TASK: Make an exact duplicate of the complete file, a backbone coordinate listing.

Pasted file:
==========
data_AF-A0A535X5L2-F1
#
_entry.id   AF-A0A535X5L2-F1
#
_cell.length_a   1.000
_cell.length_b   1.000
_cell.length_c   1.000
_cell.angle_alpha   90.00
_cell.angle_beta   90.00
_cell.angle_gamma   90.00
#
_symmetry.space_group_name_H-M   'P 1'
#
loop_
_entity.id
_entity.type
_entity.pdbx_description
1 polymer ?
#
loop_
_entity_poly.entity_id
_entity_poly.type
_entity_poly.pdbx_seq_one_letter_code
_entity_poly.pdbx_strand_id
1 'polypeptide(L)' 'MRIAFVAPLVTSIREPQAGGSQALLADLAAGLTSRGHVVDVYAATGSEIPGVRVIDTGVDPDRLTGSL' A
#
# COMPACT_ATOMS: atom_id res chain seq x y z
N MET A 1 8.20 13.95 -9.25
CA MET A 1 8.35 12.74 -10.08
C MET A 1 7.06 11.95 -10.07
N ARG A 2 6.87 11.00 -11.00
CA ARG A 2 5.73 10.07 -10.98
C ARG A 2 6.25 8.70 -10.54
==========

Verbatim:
data_AF-A0A535X5L2-F1
#
_entry.id   AF-A0A535X5L2-F1
#
_cell.length_a   1.000
_cell.length_b   1.000
_cell.length_c   1.000
_cell.angle_alpha   90.00
_cell.angle_beta   90.00
_cell.angle_gamma   90.00
#
_symmetry.space_group_name_H-M   'P 1'
#
loop_
_entity.id
_entity.type
_entity.pdbx_description
1 polymer ?
#
loop_
_entity_poly.entity_id
_entity_poly.type
_entity_poly.pdbx_seq_one_letter_code
_entity_poly.pdbx_strand_id
1 'polypeptide(L)' 'MRIAFVAPLVTSIREPQAGGSQALLADLAAGLTSRGHVVDVYAATGSEIPGVRVIDTGVDPDRLTGSL' A
#
# COMPACT_ATOMS: atom_id res chain seq x y z
N MET A 1 8.20 13.95 -9.25
CA MET A 1 8.35 12.74 -10.08
C MET A 1 7.06 11.95 -10.07
N ARG A 2 6.87 11.00 -11.00
CA ARG A 2 5.73 10.07 -10.98
C ARG A 2 6.25 8.70 -10.54